7. Here’s where you can go two ways: you can continue to just be mindful of your thoughts and body, and every time you get too wrapped up in your head, remind yourself to bring yourself back to the breath and focus on that. No need to get mad at yourself for your brain wandering. It’s got a PhD in it! Or, alternatively, when you feel calm and settled after step 5, you can walk yourself through all your body parts gently and take deep breaths as you do so.  To give you an idea of an order to follow, this is what I do (you can say this in your head slowly as you go along): Take your attention to your right foot, right knee, right thigh and hip. (Follow that with the same on left side, and don’t forget to keep breathing; also, if needed, feel free to pause and stay on any body part as long as you wish.) Abdomen, stomach, chest, right shoulder, right arm and hand. Left shoulder, arm and hand. Neck, face, cheeks, top of the head. Throughout, you can be as detailed as you like. And finally, just take your attention to your whole body.

Now. ‘Take your attention to’ does not mean ‘pay attention to.’ You don’t need to focus like it’s two hours ‘till that O Chem exam you’ve stayed up all night cramming for. It’s just a gentle awareness, like, “Hey foot, how’s it hanging? Say hi to your mother for me, alright?” It’s really more of a “Oh, that’s my foot. Deep breath.” And if you feel like moving on to your next bit… swell. If not, just listen to what your body is asking you to pay attention to.

NOTE: You may experience tingling, lightheadedness, have a movie of thoughts, or even the dreaded… nothing. Nirvana wasn’t achieved in one day. Practice is key to going deeper. Even if you do it 5 minutes a day, the quality will begin to shift. Even if you don’t experience a life-changing shift right away, maybe you’ll see a change in your energy levels or mood. Give it a fair chance before declaring yourself a meditation squib (inside joke for you Harry Potter junkies).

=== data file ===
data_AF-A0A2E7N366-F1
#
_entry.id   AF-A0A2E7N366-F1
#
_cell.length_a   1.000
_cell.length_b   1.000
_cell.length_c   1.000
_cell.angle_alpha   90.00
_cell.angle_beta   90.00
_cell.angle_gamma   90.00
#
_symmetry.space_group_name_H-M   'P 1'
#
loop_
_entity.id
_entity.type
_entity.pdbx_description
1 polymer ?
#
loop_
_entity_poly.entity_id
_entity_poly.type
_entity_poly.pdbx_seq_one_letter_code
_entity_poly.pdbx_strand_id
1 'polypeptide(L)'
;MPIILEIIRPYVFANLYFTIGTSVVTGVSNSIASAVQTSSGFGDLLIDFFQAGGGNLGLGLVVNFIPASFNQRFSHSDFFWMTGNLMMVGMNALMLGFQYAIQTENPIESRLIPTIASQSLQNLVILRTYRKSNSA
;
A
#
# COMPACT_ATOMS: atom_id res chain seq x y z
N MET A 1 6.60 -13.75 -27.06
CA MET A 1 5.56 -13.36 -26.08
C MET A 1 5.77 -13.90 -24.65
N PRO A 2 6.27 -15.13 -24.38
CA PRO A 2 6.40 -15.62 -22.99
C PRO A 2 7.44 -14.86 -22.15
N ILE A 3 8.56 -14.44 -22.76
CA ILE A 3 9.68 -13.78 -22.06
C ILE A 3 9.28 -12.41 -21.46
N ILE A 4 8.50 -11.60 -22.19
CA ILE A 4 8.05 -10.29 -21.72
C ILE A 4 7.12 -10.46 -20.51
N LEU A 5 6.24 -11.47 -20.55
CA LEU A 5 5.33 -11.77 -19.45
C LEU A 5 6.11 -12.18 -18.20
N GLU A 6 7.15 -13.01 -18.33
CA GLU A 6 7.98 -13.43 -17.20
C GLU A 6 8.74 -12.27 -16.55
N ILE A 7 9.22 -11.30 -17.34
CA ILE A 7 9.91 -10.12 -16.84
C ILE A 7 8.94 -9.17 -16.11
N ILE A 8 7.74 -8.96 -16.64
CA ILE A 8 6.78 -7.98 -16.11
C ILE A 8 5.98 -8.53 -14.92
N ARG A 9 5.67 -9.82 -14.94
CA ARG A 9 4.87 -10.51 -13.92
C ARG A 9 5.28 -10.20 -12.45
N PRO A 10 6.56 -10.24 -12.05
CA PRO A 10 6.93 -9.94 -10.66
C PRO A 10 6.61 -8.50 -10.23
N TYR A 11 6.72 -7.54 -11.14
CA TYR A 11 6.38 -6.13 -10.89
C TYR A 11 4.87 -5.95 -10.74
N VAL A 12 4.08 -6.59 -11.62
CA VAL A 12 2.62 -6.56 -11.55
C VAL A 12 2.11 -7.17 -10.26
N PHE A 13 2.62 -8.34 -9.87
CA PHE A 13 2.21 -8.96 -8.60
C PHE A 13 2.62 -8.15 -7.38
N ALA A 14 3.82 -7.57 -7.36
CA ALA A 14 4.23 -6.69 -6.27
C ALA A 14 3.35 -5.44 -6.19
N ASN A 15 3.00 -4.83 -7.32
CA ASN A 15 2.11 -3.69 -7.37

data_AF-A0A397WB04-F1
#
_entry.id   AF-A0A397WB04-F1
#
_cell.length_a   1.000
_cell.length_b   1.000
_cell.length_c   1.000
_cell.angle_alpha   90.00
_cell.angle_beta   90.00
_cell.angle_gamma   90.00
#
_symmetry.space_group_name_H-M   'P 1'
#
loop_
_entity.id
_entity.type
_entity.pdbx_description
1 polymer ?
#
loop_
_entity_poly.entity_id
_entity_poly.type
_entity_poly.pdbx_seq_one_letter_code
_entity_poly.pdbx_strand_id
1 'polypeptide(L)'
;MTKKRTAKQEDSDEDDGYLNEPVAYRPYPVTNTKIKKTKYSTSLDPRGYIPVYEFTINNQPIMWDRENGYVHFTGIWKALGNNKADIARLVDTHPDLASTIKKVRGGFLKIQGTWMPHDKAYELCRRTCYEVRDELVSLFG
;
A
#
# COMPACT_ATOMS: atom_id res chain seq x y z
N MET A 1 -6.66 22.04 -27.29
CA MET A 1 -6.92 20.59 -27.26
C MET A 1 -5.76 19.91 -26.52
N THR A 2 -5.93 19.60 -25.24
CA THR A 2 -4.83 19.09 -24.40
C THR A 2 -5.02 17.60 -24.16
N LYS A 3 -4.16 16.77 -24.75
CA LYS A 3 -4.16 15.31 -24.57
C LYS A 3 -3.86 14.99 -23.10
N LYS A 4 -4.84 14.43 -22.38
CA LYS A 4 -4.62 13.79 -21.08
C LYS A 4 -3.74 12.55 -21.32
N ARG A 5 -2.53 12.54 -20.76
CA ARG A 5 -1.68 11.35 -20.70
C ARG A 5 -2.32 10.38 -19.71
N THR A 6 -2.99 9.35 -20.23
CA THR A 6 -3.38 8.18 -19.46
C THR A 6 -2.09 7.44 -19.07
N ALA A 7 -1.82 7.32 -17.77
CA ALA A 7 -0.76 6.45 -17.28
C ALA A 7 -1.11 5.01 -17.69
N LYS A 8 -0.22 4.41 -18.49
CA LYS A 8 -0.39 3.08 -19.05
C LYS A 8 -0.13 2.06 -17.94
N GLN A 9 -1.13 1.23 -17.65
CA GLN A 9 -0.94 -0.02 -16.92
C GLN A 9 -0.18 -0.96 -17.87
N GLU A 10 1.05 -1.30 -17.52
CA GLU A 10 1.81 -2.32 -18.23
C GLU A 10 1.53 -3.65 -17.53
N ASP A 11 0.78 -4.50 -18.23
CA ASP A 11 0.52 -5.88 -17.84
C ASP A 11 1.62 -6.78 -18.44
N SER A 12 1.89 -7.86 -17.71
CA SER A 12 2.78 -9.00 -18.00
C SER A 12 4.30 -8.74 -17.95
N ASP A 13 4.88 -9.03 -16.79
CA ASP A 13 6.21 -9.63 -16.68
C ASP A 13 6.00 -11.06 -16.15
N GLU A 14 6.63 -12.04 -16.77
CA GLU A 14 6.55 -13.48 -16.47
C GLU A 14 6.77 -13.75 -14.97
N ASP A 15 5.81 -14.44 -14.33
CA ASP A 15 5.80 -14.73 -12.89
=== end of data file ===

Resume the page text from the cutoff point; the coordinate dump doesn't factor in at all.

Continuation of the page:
8. Once you’re far away in Blissville or Zenlandia, you have two more options… to stay there or to lie down on your back (bed, floor, whatever is closest and requires the least movement) until you’re happy to get back to the real world or until your alarm goes off. Or you may just fall asleep and wake up 8 hours later.

9. Repeat steps 1 – 8 as often as possible. There are apps to remind you of these too. I use a free basic meditation insight timer.

And there you have it! I like to say that meditation is my medication—my cure-all. I sure you hope you try out a dose or two to see if it’ll change your life like it did mine. If you do, I’d love to hear about it.

Your first step toward enlightenment is now complete. Your first step toward UNDERenlightenment is understanding irony. May the force be with you.

Originally published by the UNDERenlightened at

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Maaheem Akhtar

Maaheem Akhtar

Mak Akhtar is a Research and Outreach Associate at the Center for Compassion and Altruism Research and Education at Stanford University and a Contributing Writer at the UNDERenlightended. Seva. Ice hockey. The Joker. Coachella. Maynard J. Keenan. Sustainability. Thom Yorke. Jedi mind tricks. German Shepherds. Mr. Magpie. These are a few of her favorite things.
Maaheem Akhtar